Consumer prices in the Washington area rose slightly during August and September, although the rise was tempered by an alleged dropoff in housing costs. Federal economists and housing officials said the housing cost figures were based on inadequate information.
Overall prices rose by 1.1 percent during the two-month period compared with a 2.1 percent national increase for the same period and a 2 percent increase here for June and July.
According to the Bureau of Labor Statistics, the relatively moderate area consumer price rise was aided by a 3.4 percent decline in home ownership costs.
However, the drop in home purchase costs reflects only Federal Housing Administration transanctions on which mortgages are limited to $65,000, a bureau economist said. Excluded are most area home transactions, which average over $100,000 for new single houses, and around $75,000 for resale houses.
"Periodically, the data gets the best of us," said Daniel Ginsburg, supervisory economist with the bureau. "The decrease appears to be due to the abnormality of the statistics and is not necessarily what has happened."
Nevertheless, costs of clothing, gasoline, and some food items rose markedly from July to September, the government reported.
Grocery store prices rose by 2.1 percent in September, led by a 2.9 percent rise in the cost of meat, poultry, fish, and eggs. Food prices dropped by one-half percent in August.
More dramatic ws the 4.9 percent increase here in the cost of fuels during the two-month period . The costs of fuel, oil, coal, and bottled gas increased by 11.6 percent during that time.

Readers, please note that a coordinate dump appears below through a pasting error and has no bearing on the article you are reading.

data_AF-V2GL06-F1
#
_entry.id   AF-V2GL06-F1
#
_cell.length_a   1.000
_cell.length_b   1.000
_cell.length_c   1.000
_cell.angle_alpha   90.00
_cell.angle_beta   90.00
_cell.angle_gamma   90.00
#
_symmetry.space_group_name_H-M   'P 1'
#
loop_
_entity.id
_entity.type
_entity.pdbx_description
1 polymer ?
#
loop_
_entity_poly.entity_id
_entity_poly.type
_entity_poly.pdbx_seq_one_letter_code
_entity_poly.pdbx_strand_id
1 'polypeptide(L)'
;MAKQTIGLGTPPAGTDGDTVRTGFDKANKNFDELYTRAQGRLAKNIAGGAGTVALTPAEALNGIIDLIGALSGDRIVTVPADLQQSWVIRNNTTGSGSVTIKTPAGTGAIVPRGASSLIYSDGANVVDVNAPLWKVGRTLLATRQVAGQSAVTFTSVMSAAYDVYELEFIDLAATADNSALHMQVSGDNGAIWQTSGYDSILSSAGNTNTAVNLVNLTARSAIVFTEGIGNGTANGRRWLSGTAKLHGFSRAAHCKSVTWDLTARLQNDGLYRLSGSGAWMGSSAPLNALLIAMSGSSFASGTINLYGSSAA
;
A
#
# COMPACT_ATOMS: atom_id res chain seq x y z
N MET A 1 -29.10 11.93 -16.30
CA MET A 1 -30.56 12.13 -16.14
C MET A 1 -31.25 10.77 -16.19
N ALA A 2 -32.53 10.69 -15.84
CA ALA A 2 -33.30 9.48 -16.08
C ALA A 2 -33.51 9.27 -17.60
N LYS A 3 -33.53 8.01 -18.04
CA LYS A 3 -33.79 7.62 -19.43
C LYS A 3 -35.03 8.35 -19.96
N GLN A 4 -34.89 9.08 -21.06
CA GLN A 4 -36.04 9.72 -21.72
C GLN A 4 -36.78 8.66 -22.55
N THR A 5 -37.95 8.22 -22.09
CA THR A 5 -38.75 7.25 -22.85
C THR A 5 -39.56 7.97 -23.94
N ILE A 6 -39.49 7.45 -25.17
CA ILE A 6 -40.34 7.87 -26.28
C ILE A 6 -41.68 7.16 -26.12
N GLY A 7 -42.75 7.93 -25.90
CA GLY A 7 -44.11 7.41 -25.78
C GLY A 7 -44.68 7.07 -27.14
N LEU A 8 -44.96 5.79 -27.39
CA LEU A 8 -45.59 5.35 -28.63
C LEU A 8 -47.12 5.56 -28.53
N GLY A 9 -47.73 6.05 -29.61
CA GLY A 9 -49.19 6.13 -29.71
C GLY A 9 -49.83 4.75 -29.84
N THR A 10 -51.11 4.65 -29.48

Gasoline prices increased by 7.6 percent and airline fares rose by about 10 percent during the two months.
The costs of clothing rose even more sharply, increasing by 7.1 percent, with a 17.5 percent increase in the cost of women's and girl's apparel.
In other consumer spending areas the cost of medical care here rose by 3.1 percent over the two months and the cost of transporation rose by 2.2 percent.
Yet despite the substantial increases in most areas of consumer spending, the housing data and the resulting reported decrease in the costs of home ownership kept the rise at a relatively moderate level.
Housing costs overall, declined by 0.3 percent, the government reported, although rental costs rose by 3.6 percent and "other" rental costs declined by 4.7 percent.
But housing costs here, according to the government, rose by 10.1 percent in the last year.
The bureau's figures indicate that actual home purchase prices declined by 6 percent, but increased financing costs lowered the decline to the 3.4 percent figure.
The figure's released yesterday, prepared for the bureau by the FHA, take into account the size and age of the home. But they do not consider neighborhood location.
Further, the housing data is based on an FHA loan program that offers a mortgage rate fixed by law.
In fact, the FHA-Veterans Administration mortgage rate rose to a record 11-1/2 percent this week. These are conventional mortgages, not the unique program used by the Commerce Department to evaluate consumer prices.
Mortgage rates here have risen by more than 2 percentage points in the past year, in most cases, and increasingly homebuyers are having to cope with mortgage rates that rise between the time of purchase and settlement.